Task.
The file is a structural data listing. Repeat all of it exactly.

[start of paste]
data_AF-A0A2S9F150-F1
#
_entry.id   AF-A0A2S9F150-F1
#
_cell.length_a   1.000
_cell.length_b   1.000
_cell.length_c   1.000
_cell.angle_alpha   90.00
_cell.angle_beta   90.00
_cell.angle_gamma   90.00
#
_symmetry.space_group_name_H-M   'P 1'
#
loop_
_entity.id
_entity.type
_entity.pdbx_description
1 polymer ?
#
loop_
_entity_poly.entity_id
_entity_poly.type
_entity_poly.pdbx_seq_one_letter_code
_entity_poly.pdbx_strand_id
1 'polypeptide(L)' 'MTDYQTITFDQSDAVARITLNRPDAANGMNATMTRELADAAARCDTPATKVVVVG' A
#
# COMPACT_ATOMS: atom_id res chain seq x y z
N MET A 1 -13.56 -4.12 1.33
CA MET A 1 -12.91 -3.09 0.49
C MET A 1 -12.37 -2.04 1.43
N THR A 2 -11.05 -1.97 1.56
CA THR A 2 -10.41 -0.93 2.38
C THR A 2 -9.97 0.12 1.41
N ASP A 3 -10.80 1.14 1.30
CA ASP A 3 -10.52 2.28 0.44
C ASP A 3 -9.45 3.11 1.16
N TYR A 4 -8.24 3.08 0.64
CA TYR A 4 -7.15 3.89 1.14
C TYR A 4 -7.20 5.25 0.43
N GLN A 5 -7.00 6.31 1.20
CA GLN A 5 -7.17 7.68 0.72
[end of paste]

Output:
data_AF-A0A2S9F150-F1
#
_entry.id   AF-A0A2S9F150-F1
#
_cell.length_a   1.000
_cell.length_b   1.000
_cell.length_c   1.000
_cell.angle_alpha   90.00
_cell.angle_beta   90.00
_cell.angle_gamma   90.00
#
_symmetry.space_group_name_H-M   'P 1'
#
loop_
_entity.id
_entity.type
_entity.pdbx_description
1 polymer ?
#
loop_
_entity_poly.entity_id
_entity_poly.type
_entity_poly.pdbx_seq_one_letter_code
_entity_poly.pdbx_strand_id
1 'polypeptide(L)' 'MTDYQTITFDQSDAVARITLNRPDAANGMNATMTRELADAAARCDTPATKVVVVG' A
#
# COMPACT_ATOMS: atom_id res chain seq x y z
N MET A 1 -13.56 -4.12 1.33
CA MET A 1 -12.91 -3.09 0.49
C MET A 1 -12.37 -2.04 1.43
N THR A 2 -11.05 -1.97 1.56
CA THR A 2 -10.41 -0.93 2.38
C THR A 2 -9.97 0.12 1.41
N ASP A 3 -10.80 1.14 1.30
CA ASP A 3 -10.52 2.28 0.44
C ASP A 3 -9.45 3.11 1.16
N TYR A 4 -8.24 3.08 0.64
CA TYR A 4 -7.15 3.89 1.14
C TYR A 4 -7.20 5.25 0.43
N GLN A 5 -7.00 6.31 1.20
CA GLN A 5 -7.17 7.68 0.72